Once I’m on the road, with both windows down and the night air whooshing round my ears, I’m fully awake. I race along the wide streets, through the flashing amber lights, revving the engine at intersections without overdoing it, because with the octane booster I put in they’ll hear me way up in San Luca.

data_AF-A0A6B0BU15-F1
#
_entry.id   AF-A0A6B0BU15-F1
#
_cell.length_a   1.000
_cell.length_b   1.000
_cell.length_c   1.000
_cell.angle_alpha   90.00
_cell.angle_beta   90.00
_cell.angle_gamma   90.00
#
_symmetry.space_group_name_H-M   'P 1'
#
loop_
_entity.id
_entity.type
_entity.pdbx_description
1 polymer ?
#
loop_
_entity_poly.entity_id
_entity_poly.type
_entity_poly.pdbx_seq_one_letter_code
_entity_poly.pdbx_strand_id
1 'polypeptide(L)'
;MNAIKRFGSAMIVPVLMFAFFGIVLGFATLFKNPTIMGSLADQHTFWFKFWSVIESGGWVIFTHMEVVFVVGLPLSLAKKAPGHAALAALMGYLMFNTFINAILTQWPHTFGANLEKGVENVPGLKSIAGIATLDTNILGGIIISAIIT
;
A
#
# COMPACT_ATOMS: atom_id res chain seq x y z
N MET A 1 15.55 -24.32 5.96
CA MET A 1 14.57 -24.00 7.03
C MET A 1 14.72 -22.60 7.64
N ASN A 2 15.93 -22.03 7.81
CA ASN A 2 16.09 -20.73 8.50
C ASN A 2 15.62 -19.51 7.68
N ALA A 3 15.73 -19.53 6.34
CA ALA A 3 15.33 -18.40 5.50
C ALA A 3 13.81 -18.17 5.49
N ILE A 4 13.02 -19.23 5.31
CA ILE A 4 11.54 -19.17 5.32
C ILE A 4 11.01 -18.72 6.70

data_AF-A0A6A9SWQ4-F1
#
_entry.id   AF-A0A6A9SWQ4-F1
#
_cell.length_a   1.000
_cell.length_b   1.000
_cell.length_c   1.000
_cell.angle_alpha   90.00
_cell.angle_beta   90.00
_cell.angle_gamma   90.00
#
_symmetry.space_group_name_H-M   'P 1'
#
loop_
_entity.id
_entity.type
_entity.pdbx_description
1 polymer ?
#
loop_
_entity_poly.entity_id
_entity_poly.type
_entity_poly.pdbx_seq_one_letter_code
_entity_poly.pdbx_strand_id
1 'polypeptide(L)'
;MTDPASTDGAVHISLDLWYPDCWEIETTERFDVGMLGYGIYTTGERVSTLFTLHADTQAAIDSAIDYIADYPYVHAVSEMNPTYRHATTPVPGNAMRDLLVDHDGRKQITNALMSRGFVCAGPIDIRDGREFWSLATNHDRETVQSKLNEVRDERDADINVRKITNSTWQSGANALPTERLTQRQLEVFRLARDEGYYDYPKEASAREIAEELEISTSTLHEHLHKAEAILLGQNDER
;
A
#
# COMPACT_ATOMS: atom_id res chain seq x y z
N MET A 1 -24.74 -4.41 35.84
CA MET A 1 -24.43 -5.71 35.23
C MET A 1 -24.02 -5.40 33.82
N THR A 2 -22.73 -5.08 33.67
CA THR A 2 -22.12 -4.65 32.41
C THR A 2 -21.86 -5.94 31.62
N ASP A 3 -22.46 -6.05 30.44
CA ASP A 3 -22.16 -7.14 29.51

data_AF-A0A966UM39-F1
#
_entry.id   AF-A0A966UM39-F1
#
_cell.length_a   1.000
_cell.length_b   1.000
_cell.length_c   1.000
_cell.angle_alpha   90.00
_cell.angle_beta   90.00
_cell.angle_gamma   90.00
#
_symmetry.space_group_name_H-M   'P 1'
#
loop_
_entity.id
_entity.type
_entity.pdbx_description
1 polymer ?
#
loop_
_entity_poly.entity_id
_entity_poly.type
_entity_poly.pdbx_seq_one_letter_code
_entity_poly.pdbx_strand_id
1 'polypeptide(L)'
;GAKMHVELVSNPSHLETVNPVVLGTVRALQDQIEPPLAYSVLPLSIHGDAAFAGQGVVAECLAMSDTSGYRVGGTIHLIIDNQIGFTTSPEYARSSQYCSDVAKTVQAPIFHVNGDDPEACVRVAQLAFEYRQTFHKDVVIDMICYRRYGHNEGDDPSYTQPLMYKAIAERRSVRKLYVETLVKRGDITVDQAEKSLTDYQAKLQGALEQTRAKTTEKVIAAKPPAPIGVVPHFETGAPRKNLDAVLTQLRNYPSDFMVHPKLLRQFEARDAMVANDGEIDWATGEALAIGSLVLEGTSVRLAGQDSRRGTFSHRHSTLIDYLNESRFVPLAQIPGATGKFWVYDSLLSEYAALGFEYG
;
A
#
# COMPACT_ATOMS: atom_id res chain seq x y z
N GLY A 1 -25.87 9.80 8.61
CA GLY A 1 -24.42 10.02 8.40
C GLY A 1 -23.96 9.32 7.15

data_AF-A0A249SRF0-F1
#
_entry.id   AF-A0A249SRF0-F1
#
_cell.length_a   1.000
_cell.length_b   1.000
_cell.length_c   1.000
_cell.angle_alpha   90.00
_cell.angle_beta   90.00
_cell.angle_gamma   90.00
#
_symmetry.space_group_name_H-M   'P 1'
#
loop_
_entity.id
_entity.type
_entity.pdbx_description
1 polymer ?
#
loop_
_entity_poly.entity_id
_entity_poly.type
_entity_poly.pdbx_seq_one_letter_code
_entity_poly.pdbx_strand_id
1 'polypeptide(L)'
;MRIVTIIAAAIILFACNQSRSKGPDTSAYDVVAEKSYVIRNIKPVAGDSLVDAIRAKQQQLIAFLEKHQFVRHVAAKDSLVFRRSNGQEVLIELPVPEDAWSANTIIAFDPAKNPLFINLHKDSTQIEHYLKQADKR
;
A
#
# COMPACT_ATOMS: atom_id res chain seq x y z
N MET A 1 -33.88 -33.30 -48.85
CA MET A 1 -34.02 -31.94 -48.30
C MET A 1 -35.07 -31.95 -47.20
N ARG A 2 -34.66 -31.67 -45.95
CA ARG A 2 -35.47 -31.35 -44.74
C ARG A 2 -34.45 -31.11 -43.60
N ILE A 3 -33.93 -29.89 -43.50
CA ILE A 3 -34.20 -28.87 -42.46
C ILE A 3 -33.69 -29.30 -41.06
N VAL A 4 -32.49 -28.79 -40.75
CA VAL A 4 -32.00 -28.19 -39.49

Bologna is packed even at this hour. It’s past three-thirty on a Wednesday morning, but there’s a shitload of traffic, so I have to slow down near the city centre. My finger, held stiff by the splint, sticks out awkwardly so I can’t hold the steering wheel properly. I’m overtaken by a black Mercedes driven by a nerdy little bald guy wearing glasses, with three hot babes who look at me like I’m a piece of shit. Then a blue Citroen Dyane pulls up beside me at the lights, and a girl sunk in the passenger seat, hair all over her face and feet curled over the dash like a monkey, glances across at me before the lights turn green and the car sways off, a Bob Marley sticker plastered on its rusty rear end. I’m already thinking of going after them, because they’re bound to have at least a bit of pot on them, when just before Porta Saragozza I end up stuck behind all the arseholes looking for hookers, and I get caught in a bottleneck like on the freeway at the start of a long weekend. I’m in the Austrian girls’ section, and this bored-looking blonde in a yellow vinyl trench and high heels parades up and down, then, looking the other way, she casually opens the coat baring tits and lacy underwear. The green Fiat 127 in front of me slams on his brakes and I miss him by a centimetre – Jesus! – and only because I caught the red of his lights out of the corner of my eye. I give up on the idea of going for a spin – with this finger it wouldn’t be much fun – and I stay around town. I know that after the traffic lights there are the Slavic girls, but I’ve never understood what the difference is, they all look the same to me, blonde, brunette, cute, naked, blowjob or fuck fifty thousand lire, my place a hundred thousand… Then I notice that they’re no longer opening their coats and they all look peeved and avoid eye contact as I drive past, so I sit up and check in the rear vision mirror to see what the hell’s wrong with me, but everything looks normal: my face, the part in my hair, my jacket and tie, my gun’s out of sight… and then I notice the red and white paddle I picked up from the guys in Traffic and left on the dashboard – shit! – right under the windscreen. So I shove it under the seat, do a U-turn at the intersection and go up the other side where the black girls are. I think about having some fun playing the arsehole by calling one over and then showing my badge, but then again, these chicks can get violent. Carrone went around for a week with a heel mark stamped on his forehead. There’s no way I’d be scared of a hooker, but if I cop a shoe in the head from some black tart, shit, I’ll end up shooting her. I turn onto the bridge and down to Fiera where the trannies are. There’s a lot of traffic, like Rimini in summer, but fags make me sick and just seeing a really tall one with footballer’s legs and fake tits exploding out of a hot pink bustier makes me change my plan. But then I see a squad car parked on the side of the road and two officers talking to a man in a tweed jacket and some African guy. I flash my headlights and pull over behind the blue and white Alfa. One of the cops gives me a dirty look and signals for me to get lost, but as soon as I show him my badge he rolls his eyes and reluctantly salutes. The car doors are open and the radio static is like the sizzle of frying seafood. A faint voice cuts in and out and all I can make out is “Fucking hell, Sarge, for fuck’s sake!” repeated over and over.